by Terri Winder
For the most part, I love words.
I was going to say that unequivocally, as in I love words! but then remembered the times they have gotten me into trouble.
From personal experience, I’ve learned that one or two intractable words can cause all kinds of mischief. If you don’t believe me, just ask the man who said, “47 percent”, he’ll tell you.
Words are a lot like acquaintances: some seem innocent enough at the outset but become unruly in the wrong context.
Some—such as bruising sacrilege—should be rejected outright. Some become friends for life as they prove their worth.
For instance, “I’m sorry.” Those words never hurt anyone. They may not undo the hurt that preceded them, but in and of themselves, said sincerely, they’ll produce more points than any seven Scrabble letters ever could. An equally powerful eight letter phrase is “Thank you.”
Markus Zusak, the wordsmith who wrote The Book Thief, took 552 pages to say the same thing--how much words matter--as he explained how Hitler’s most powerful weapon was his persuasive rhetoric and effective propaganda.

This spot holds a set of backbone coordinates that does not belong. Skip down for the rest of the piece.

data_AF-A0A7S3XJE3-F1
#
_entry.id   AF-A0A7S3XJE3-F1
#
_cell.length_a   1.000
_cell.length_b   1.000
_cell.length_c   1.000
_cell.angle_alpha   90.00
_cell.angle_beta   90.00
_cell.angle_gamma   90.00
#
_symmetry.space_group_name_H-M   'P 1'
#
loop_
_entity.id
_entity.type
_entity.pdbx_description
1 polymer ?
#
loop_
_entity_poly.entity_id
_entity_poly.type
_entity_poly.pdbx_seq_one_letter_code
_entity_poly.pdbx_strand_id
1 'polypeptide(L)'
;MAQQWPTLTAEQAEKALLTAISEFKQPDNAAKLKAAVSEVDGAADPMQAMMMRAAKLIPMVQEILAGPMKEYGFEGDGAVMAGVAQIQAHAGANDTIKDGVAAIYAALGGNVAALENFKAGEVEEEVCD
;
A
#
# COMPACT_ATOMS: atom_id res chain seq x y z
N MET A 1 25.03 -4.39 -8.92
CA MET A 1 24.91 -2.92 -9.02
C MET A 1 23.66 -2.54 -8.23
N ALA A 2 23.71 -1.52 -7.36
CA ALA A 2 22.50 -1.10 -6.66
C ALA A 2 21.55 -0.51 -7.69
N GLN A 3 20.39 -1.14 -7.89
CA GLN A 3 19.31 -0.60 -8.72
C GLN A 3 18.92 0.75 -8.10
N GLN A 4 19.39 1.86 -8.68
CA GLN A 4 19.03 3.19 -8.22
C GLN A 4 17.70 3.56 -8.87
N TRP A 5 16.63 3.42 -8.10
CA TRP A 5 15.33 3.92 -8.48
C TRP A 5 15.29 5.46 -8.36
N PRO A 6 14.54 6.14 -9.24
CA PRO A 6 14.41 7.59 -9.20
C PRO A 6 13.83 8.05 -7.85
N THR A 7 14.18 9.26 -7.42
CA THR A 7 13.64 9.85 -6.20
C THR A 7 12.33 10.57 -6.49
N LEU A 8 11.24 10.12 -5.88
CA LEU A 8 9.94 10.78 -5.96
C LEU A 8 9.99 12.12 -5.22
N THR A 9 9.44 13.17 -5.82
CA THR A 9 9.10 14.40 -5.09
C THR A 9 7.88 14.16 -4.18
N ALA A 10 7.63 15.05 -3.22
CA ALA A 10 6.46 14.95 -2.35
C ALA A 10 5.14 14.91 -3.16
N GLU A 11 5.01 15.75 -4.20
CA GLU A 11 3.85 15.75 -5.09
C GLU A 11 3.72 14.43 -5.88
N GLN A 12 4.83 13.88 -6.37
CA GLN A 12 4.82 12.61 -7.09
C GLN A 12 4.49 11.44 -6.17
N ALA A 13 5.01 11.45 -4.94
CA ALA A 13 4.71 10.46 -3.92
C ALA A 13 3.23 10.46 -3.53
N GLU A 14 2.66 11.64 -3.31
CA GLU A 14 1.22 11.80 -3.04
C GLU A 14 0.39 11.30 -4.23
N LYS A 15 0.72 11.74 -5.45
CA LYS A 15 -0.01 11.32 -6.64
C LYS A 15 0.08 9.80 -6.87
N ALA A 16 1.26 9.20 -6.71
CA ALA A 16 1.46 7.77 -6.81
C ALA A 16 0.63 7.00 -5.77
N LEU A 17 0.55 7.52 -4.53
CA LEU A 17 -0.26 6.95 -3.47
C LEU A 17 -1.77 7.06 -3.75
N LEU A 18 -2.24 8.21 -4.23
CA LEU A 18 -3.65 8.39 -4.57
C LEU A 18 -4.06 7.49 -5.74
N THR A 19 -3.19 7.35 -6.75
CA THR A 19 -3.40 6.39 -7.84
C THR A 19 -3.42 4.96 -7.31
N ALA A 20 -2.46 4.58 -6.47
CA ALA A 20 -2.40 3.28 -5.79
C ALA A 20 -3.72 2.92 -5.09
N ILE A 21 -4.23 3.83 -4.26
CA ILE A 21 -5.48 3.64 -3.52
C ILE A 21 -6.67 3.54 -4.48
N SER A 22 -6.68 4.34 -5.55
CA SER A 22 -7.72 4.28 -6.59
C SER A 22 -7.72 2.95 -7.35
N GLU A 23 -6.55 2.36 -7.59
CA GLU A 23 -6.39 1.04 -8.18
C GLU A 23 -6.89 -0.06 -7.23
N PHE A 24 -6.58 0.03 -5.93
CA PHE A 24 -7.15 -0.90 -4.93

If you think about it, you can come up with your own examples of emotionally laden words, such as Gun Control.
According to a new Washington Post-ABC News poll, 52 percent of the population is apparently focused on the word Gun. Oddly enough, it evidently provokes more fear in people’s minds than the word Control. The first word won our freedom; the second may well revoke it.
Words are what separate us from the animal kingdom. When used prudently, they civilize us.
Evidence of the difference was given last week by North Korea’s National Defense Commission as they made the statement, “Settling accounts with the U.S. needs to be done with force, not with words, as it regards jungle law as the rule of its survival.”
I think it would have been wise to have edited that sentence before releasing it into the world.
We are fortunate, in our own little corner of the world, to be largely surrounded by thoughtful, well-spoken people.
When Bill Boyle approached me about returning to the San Juan Record as a writer, visions of sugar plumed words began dancing in my head even as I entertained a few doubts: there’s a reason they refer to it as a deadline you know.
Also, there’s the editing the sentences before releasing them into the world thing.
I have a saying on the wall of my office:” A piece of writing is never finished, it’s only due”.
I know I won’t always find the perfect words or line them up in perfect order and that fact scares me.
Still, I count it a privilege to return to the San Juan Record and hope that if nothing else, I can share my love of words, preferably without getting into too much trouble.